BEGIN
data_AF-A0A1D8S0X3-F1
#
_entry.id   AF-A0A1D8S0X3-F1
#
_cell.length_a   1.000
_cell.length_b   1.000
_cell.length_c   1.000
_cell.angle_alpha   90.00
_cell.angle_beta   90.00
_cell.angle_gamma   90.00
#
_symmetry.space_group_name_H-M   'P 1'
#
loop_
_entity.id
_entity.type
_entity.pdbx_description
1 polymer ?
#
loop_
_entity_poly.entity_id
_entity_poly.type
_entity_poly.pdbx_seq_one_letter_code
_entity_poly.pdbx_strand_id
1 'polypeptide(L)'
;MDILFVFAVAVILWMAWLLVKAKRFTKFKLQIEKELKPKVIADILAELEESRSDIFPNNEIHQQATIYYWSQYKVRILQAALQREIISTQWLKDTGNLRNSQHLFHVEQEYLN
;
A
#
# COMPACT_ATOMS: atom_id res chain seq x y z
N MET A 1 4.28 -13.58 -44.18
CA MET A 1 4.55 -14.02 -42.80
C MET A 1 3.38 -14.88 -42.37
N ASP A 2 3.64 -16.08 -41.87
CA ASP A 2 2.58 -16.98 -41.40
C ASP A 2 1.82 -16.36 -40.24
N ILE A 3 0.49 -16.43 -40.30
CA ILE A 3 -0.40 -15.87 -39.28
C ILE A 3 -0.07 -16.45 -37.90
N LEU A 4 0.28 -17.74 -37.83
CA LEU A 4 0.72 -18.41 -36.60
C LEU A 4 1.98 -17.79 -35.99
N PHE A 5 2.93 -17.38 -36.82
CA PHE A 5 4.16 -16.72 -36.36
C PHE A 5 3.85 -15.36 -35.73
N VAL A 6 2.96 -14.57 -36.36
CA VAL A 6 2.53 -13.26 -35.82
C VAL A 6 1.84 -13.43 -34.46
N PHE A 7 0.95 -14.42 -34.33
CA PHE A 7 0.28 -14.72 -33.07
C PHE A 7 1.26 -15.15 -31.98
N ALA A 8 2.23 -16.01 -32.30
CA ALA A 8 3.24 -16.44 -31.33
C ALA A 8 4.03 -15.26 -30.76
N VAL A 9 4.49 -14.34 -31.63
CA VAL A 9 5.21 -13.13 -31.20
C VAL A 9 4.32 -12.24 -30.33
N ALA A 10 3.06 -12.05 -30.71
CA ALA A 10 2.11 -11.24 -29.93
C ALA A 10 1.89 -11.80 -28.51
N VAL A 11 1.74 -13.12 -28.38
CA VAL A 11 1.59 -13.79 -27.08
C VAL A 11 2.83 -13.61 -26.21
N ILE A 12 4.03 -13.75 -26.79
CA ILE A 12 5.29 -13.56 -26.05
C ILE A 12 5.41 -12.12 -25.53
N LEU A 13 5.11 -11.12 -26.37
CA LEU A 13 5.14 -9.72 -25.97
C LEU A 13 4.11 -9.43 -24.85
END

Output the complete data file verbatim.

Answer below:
data_AF-A0A1D8S0X3-F1
#
_entry.id   AF-A0A1D8S0X3-F1
#
_cell.length_a   1.000
_cell.length_b   1.000
_cell.length_c   1.000
_cell.angle_alpha   90.00
_cell.angle_beta   90.00
_cell.angle_gamma   90.00
#
_symmetry.space_group_name_H-M   'P 1'
#
loop_
_entity.id
_entity.type
_entity.pdbx_description
1 polymer ?
#
loop_
_entity_poly.entity_id
_entity_poly.type
_entity_poly.pdbx_seq_one_letter_code
_entity_poly.pdbx_strand_id
1 'polypeptide(L)'
;MDILFVFAVAVILWMAWLLVKAKRFTKFKLQIEKELKPKVIADILAELEESRSDIFPNNEIHQQATIYYWSQYKVRILQAALQREIISTQWLKDTGNLRNSQHLFHVEQEYLN
;
A
#
# COMPACT_ATOMS: atom_id res chain seq x y z
N MET A 1 4.28 -13.58 -44.18
CA MET A 1 4.55 -14.02 -42.80
C MET A 1 3.38 -14.88 -42.37
N ASP A 2 3.64 -16.08 -41.87
CA ASP A 2 2.58 -16.98 -41.40
C ASP A 2 1.82 -16.36 -40.24
N ILE A 3 0.49 -16.43 -40.30
CA ILE A 3 -0.40 -15.87 -39.28
C ILE A 3 -0.07 -16.45 -37.90
N LEU A 4 0.28 -17.74 -37.83
CA LEU A 4 0.72 -18.41 -36.60
C LEU A 4 1.98 -17.79 -35.99
N PHE A 5 2.93 -17.38 -36.82
CA PHE A 5 4.16 -16.72 -36.36
C PHE A 5 3.85 -15.36 -35.73
N VAL A 6 2.96 -14.57 -36.36
CA VAL A 6 2.53 -13.26 -35.82
C VAL A 6 1.84 -13.43 -34.46
N PHE A 7 0.95 -14.42 -34.33
CA PHE A 7 0.28 -14.72 -33.07
C PHE A 7 1.26 -15.15 -31.98
N ALA A 8 2.23 -16.01 -32.30
CA ALA A 8 3.24 -16.44 -31.33
C ALA A 8 4.03 -15.26 -30.76
N VAL A 9 4.49 -14.34 -31.63
CA VAL A 9 5.21 -13.13 -31.20
C VAL A 9 4.32 -12.24 -30.33
N ALA A 10 3.06 -12.05 -30.71
CA ALA A 10 2.11 -11.24 -29.93
C ALA A 10 1.89 -11.80 -28.51
N VAL A 11 1.74 -13.12 -28.38
CA VAL A 11 1.59 -13.79 -27.08
C VAL A 11 2.83 -13.61 -26.21
N ILE A 12 4.03 -13.75 -26.79
CA ILE A 12 5.29 -13.56 -26.05
C ILE A 12 5.41 -12.12 -25.53
N LEU A 13 5.11 -11.12 -26.37
CA LEU A 13 5.14 -9.72 -25.97
C LEU A 13 4.11 -9.43 -24.85